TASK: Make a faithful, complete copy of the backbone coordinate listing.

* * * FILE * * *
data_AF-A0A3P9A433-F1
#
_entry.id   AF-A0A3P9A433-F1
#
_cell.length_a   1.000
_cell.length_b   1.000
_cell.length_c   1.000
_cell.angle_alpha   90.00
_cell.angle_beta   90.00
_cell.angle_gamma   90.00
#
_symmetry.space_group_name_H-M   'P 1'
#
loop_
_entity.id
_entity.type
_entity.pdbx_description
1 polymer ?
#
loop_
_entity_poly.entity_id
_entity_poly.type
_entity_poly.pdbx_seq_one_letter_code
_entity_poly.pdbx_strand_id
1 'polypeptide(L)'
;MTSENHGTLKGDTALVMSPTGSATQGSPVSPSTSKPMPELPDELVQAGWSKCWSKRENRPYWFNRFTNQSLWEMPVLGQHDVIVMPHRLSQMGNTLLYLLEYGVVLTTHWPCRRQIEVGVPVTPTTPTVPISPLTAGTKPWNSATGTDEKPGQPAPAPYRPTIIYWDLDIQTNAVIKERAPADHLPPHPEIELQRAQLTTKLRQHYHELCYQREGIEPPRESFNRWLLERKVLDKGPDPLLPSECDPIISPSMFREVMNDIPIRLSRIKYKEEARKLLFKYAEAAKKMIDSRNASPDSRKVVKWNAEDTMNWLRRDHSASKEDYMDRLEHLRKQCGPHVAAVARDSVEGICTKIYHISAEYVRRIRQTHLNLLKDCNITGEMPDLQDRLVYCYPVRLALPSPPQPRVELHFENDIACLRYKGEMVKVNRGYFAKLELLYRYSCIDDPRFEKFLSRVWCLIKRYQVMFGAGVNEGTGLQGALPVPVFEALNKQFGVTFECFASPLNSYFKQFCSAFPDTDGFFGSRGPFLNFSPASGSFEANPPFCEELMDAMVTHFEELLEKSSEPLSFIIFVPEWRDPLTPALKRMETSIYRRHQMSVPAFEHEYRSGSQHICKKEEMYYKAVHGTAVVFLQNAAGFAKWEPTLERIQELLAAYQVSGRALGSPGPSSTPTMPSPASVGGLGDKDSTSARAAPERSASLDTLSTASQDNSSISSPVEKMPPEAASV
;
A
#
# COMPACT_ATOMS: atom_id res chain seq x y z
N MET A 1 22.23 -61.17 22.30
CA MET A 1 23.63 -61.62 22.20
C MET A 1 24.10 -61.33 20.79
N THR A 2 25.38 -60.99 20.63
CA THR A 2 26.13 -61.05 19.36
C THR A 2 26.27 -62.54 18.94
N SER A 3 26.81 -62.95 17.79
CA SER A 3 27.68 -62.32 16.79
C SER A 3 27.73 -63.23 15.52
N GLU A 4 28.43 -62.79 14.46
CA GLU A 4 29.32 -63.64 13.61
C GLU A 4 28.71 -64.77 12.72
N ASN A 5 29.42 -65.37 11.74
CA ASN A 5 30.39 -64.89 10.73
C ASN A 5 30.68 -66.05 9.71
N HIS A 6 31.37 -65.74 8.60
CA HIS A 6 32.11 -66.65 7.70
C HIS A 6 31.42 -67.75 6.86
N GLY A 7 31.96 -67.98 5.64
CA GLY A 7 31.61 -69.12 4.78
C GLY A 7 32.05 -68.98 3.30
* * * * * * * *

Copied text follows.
data_AF-A0A3P9A433-F1
#
_entry.id   AF-A0A3P9A433-F1
#
_cell.length_a   1.000
_cell.length_b   1.000
_cell.length_c   1.000
_cell.angle_alpha   90.00
_cell.angle_beta   90.00
_cell.angle_gamma   90.00
#
_symmetry.space_group_name_H-M   'P 1'
#
loop_
_entity.id
_entity.type
_entity.pdbx_description
1 polymer ?
#
loop_
_entity_poly.entity_id
_entity_poly.type
_entity_poly.pdbx_seq_one_letter_code
_entity_poly.pdbx_strand_id
1 'polypeptide(L)'
;MTSENHGTLKGDTALVMSPTGSATQGSPVSPSTSKPMPELPDELVQAGWSKCWSKRENRPYWFNRFTNQSLWEMPVLGQHDVIVMPHRLSQMGNTLLYLLEYGVVLTTHWPCRRQIEVGVPVTPTTPTVPISPLTAGTKPWNSATGTDEKPGQPAPAPYRPTIIYWDLDIQTNAVIKERAPADHLPPHPEIELQRAQLTTKLRQHYHELCYQREGIEPPRESFNRWLLERKVLDKGPDPLLPSECDPIISPSMFREVMNDIPIRLSRIKYKEEARKLLFKYAEAAKKMIDSRNASPDSRKVVKWNAEDTMNWLRRDHSASKEDYMDRLEHLRKQCGPHVAAVARDSVEGICTKIYHISAEYVRRIRQTHLNLLKDCNITGEMPDLQDRLVYCYPVRLALPSPPQPRVELHFENDIACLRYKGEMVKVNRGYFAKLELLYRYSCIDDPRFEKFLSRVWCLIKRYQVMFGAGVNEGTGLQGALPVPVFEALNKQFGVTFECFASPLNSYFKQFCSAFPDTDGFFGSRGPFLNFSPASGSFEANPPFCEELMDAMVTHFEELLEKSSEPLSFIIFVPEWRDPLTPALKRMETSIYRRHQMSVPAFEHEYRSGSQHICKKEEMYYKAVHGTAVVFLQNAAGFAKWEPTLERIQELLAAYQVSGRALGSPGPSSTPTMPSPASVGGLGDKDSTSARAAPERSASLDTLSTASQDNSSISSPVEKMPPEAASV
;
A
#
# COMPACT_ATOMS: atom_id res chain seq x y z
N MET A 1 22.23 -61.17 22.30
CA MET A 1 23.63 -61.62 22.20
C MET A 1 24.10 -61.33 20.79
N THR A 2 25.38 -60.99 20.63
CA THR A 2 26.13 -61.05 19.36
C THR A 2 26.27 -62.54 18.94
N SER A 3 26.81 -62.95 17.79
CA SER A 3 27.68 -62.32 16.79
C SER A 3 27.73 -63.23 15.52
N GLU A 4 28.43 -62.79 14.46
CA GLU A 4 29.32 -63.64 13.61
C GLU A 4 28.71 -64.77 12.72
N ASN A 5 29.42 -65.37 11.74
CA ASN A 5 30.39 -64.89 10.73
C ASN A 5 30.68 -66.05 9.71
N HIS A 6 31.37 -65.74 8.60
CA HIS A 6 32.11 -66.65 7.70
C HIS A 6 31.42 -67.75 6.86
N GLY A 7 31.96 -67.98 5.64
CA GLY A 7 31.61 -69.12 4.78
C GLY A 7 32.05 -68.98 3.30